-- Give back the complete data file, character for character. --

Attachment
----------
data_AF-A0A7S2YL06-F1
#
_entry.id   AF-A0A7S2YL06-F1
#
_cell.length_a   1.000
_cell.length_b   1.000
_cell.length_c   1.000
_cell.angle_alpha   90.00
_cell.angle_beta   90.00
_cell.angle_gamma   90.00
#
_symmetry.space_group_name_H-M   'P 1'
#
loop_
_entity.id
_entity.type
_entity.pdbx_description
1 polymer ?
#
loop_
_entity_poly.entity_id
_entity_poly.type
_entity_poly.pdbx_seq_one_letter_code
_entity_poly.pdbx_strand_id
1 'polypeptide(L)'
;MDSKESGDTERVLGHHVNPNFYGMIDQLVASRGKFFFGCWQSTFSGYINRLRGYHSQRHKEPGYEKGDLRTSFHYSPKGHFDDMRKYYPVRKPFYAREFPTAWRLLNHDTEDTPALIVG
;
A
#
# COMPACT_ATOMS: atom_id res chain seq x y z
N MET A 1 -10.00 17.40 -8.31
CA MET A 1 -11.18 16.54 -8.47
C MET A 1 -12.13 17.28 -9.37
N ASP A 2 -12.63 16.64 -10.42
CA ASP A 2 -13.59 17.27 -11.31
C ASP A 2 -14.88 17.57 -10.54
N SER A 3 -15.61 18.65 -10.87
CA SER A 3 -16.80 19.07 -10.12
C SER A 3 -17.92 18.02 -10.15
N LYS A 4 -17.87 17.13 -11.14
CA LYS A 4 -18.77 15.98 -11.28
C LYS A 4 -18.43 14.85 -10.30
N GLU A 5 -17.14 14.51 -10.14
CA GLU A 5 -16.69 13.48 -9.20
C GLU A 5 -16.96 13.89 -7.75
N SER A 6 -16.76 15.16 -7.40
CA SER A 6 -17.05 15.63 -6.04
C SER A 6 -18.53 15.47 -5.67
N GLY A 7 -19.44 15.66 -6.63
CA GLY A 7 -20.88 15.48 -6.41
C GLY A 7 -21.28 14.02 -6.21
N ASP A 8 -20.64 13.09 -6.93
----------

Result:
data_AF-A0A7S2YL06-F1
#
_entry.id   AF-A0A7S2YL06-F1
#
_cell.length_a   1.000
_cell.length_b   1.000
_cell.length_c   1.000
_cell.angle_alpha   90.00
_cell.angle_beta   90.00
_cell.angle_gamma   90.00
#
_symmetry.space_group_name_H-M   'P 1'
#
loop_
_entity.id
_entity.type
_entity.pdbx_description
1 polymer ?
#
loop_
_entity_poly.entity_id
_entity_poly.type
_entity_poly.pdbx_seq_one_letter_code
_entity_poly.pdbx_strand_id
1 'polypeptide(L)'
;MDSKESGDTERVLGHHVNPNFYGMIDQLVASRGKFFFGCWQSTFSGYINRLRGYHSQRHKEPGYEKGDLRTSFHYSPKGHFDDMRKYYPVRKPFYAREFPTAWRLLNHDTEDTPALIVG
;
A
#
# COMPACT_ATOMS: atom_id res chain seq x y z
N MET A 1 -10.00 17.40 -8.31
CA MET A 1 -11.18 16.54 -8.47
C MET A 1 -12.13 17.28 -9.37
N ASP A 2 -12.63 16.64 -10.42
CA ASP A 2 -13.59 17.27 -11.31
C ASP A 2 -14.88 17.57 -10.54
N SER A 3 -15.61 18.65 -10.87
CA SER A 3 -16.80 19.07 -10.12
C SER A 3 -17.92 18.02 -10.15
N LYS A 4 -17.87 17.13 -11.14
CA LYS A 4 -18.77 15.98 -11.28
C LYS A 4 -18.43 14.85 -10.30
N GLU A 5 -17.14 14.51 -10.14
CA GLU A 5 -16.69 13.48 -9.20
C GLU A 5 -16.96 13.89 -7.75
N SER A 6 -16.76 15.16 -7.40
CA SER A 6 -17.05 15.63 -6.04
C SER A 6 -18.53 15.47 -5.67
N GLY A 7 -19.44 15.66 -6.63
CA GLY A 7 -20.88 15.48 -6.41
C GLY A 7 -21.28 14.02 -6.21
N ASP A 8 -20.64 13.09 -6.93